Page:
Forcing Firefox to Execute XSS Payloads during 302 Redirects

Submitted by quentin on Wed, 09/30/2020 - 14:49

Initial Discovery

During a recent engagement I identified an open redirect where a GET parameter would be reflected as-is in the HTTP response Location header without any kind of sanitization. Something similar to this:


Trying multiple kinds of injections, I discovered that newlines and carriage returns characters could be inserted, leading to header injection:


Even more interesting, we can inject arbitrary content in the HTTP response body by inserting two newline characters, leading to reflected cross-site scripting:


However, modern browsers (Google Chrome, Internet Explorer, Firefox) do not interpret the HTTP response body if the HTTP response status code is a 302, so our cross-site scripting payload is useless. Time to find a bypass !

Prior Work

By searching for prior bypasses, I stumbled upon this blog post where Fortinet describes how they bypassed the execution block by setting the Location header to a URI starting with 'mailto://'. Bugcrowd forums also provides some insight into bypasses that may have worked in the past. And this excellent HackerOne report on XSS affecting Twitter, where they used a Location header starting with '//x:1/' definitely sent me in the right direction.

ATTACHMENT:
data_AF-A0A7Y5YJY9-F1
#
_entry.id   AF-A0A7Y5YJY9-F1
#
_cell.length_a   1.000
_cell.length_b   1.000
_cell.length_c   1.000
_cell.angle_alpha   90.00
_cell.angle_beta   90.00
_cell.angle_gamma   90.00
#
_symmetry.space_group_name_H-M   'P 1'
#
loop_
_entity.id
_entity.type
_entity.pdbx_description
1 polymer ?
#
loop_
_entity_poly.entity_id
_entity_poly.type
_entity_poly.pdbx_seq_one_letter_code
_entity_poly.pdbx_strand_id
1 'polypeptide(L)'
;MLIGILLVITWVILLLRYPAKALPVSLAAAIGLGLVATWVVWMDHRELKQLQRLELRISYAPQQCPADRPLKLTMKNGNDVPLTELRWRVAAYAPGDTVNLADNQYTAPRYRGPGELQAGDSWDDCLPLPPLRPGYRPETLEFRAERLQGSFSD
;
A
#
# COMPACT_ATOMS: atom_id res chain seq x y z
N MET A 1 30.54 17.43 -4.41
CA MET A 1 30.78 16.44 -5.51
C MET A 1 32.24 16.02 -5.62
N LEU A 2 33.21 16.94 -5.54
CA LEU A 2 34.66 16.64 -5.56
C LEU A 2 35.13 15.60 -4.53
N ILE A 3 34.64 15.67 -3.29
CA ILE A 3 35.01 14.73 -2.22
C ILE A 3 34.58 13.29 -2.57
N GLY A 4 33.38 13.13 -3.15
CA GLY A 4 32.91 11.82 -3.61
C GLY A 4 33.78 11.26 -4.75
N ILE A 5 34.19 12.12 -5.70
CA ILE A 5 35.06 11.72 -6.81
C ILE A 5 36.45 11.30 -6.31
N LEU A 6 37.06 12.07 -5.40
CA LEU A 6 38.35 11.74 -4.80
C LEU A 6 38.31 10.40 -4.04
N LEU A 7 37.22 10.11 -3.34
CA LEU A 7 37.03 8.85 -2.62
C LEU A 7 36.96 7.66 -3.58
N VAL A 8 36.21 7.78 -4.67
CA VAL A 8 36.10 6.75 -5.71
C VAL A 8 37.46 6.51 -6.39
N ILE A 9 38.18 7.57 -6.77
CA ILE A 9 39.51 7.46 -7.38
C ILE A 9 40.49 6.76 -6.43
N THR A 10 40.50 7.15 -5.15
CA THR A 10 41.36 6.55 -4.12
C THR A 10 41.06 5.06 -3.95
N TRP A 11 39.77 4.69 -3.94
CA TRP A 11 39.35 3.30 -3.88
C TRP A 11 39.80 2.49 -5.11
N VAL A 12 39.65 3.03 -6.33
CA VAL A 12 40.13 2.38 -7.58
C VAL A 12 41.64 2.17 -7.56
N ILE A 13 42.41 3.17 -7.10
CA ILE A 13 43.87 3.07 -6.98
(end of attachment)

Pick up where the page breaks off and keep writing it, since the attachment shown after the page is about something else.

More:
Let's Fuzz

Given that none of the already documented bypasses worked, I decided to write a dumb fuzzer that would generate a list of URLs and open them with xdg-open. To do so, I downloaded the IANA URI schemes list and generated a list of URLs following this format: http://acme.corp/?redir=[URI_SCHEME]://[XSS_PAYLOAD]. Google Chrome and Firefox were tested in this way, Internet Explorer was also tested but with a PowerShell script rather than simply calling xdg-open.

I then spent quite some time closing browser tabs, hoping to be greeted with an alert box :)

A Valid Candidate

Two candidates out of the full IANA URI scheme list worked, and only on Firefox:

  • ws:// (WebSocket)
  • wss:// (Secure WebSocket).

It simply looks like this:


Opening the link in the latest version of Firefox (version 81 at the time of writing) and we see we are executing JavaScript under the right domain, without being redirected:



If you want to test this at home, you can download the 302_server script. It will launch a Python3 HTTP server on port 8000, mimicking the behavior I just described.

Update - October 1st 2020

Sergey Bobrov just pointed out that using an empty Location header will work to force Google Chrome to execute the payload. Nice find !

Update - October 2nd 2020

Maxim Rupp just pointed out that using an resource:// URI in the Location header will work to force Firefox 81 to execute the payload. Nice find !


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